Monty Don, who presents the television series Gardeners’ World, regularly shares his tips and tricks on his blog. With summer just around the corner, now is the perfect time to start preparing for it.
“Next year’s flowers are formed on all the new growth made from this period until late summer so if you prune them much later than mid to late June you will be removing potential flowers that would bloom next spring.
“Pruning of these clematis is solely to maintain their size and spread for your convenience rather than for any horticultural benefit.
“So cut back freely, not worrying about individual stems or the position of the cut.
“Then when you have finished, weed round the plant, water it well and mulch generously with garden compost or bark chippings.”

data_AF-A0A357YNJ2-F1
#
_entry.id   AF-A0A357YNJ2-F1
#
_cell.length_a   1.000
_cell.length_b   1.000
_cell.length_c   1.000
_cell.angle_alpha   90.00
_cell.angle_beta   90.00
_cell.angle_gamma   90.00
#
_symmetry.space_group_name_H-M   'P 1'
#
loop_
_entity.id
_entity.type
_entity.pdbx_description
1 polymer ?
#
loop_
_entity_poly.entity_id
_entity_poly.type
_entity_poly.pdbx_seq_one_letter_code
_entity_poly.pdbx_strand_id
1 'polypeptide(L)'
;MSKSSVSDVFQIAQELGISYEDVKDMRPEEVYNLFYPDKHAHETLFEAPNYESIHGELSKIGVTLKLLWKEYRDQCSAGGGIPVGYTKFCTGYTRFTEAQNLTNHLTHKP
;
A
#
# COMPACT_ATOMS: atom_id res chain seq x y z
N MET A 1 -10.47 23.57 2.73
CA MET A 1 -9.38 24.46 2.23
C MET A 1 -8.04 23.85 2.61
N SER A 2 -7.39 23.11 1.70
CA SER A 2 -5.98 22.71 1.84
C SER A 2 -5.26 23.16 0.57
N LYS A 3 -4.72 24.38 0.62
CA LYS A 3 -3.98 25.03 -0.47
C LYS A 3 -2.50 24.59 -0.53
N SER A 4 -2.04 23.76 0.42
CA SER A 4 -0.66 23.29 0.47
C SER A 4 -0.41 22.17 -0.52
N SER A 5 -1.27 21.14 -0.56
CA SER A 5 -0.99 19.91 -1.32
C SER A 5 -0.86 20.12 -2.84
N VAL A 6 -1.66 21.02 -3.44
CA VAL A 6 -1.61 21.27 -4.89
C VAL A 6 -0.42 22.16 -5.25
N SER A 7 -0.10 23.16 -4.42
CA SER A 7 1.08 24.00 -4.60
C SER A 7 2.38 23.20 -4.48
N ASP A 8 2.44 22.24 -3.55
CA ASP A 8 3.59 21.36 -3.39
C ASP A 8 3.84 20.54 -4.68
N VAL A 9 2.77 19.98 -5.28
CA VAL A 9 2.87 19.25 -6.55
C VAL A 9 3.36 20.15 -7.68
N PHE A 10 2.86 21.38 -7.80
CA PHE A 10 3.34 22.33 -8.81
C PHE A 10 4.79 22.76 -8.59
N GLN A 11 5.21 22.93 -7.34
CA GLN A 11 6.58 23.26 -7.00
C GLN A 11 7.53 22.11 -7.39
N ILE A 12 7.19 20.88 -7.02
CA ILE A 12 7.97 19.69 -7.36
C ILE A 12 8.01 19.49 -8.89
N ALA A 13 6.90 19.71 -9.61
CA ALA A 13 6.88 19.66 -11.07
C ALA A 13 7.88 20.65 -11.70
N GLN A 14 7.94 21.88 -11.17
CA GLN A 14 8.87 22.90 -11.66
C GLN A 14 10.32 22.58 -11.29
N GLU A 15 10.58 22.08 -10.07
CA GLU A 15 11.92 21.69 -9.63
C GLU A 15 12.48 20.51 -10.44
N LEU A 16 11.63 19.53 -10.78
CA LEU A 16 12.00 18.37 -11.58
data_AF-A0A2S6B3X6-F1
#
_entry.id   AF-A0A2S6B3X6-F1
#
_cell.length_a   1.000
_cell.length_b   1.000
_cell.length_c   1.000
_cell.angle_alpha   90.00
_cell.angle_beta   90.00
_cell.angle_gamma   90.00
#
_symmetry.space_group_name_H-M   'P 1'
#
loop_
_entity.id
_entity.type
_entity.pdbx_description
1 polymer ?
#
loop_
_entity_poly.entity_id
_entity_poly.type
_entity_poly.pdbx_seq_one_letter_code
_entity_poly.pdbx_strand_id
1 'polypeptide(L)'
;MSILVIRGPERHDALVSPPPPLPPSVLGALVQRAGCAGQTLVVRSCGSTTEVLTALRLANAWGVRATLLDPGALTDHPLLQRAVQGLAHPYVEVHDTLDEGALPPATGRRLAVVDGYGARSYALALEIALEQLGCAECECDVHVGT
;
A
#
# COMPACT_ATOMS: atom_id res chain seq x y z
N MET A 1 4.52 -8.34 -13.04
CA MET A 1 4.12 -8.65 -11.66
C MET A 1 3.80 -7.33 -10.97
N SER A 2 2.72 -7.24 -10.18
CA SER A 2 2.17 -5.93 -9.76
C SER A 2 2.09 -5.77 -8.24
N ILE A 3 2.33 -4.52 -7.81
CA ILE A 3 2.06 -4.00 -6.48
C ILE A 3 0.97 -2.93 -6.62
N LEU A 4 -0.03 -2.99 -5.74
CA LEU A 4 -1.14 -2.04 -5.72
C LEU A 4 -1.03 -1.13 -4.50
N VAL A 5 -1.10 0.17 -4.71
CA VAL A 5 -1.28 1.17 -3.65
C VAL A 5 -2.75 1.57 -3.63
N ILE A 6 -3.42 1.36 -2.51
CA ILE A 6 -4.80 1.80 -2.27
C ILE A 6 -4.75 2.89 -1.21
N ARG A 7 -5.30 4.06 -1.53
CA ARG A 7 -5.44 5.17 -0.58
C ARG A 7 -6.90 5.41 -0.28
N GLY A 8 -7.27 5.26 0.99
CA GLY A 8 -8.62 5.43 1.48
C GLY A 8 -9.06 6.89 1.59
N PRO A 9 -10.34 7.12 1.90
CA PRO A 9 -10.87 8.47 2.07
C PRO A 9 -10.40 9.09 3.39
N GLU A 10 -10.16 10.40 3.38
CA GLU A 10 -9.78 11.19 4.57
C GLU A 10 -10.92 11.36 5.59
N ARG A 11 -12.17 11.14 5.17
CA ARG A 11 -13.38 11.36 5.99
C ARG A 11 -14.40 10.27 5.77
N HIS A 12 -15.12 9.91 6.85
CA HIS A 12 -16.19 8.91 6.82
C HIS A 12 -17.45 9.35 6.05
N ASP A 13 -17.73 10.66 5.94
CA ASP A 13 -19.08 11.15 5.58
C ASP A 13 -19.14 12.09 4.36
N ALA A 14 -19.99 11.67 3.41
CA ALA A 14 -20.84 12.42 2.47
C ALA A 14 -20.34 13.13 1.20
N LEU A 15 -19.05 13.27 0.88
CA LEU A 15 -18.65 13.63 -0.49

“Left unpruned, these climbers tend to form a mass of tangled stems with bare bases and flowers well above eye level, so although it can be a time-consuming hack, it is well worth the effort.
“Clematis have a reputation for being difficult to prune, but they aren’t as long as you know when your plants flowers, as the three clematis pruning groups are based on flowering time:
“Pruning group one – Clematis that flower in winter and spring on shoots produced the previous summer.
“Pruning group two – Large-flowered cultivars that flower in early summer (May and June), including those referred to as twice-flowering. These produce flowers on shoots from last year’s growth, with a later flush on new growth.
“Pruning group three – Climbing clematis that flower from mid-summer (late June onwards) on new, current season growth, and herbaceous types.”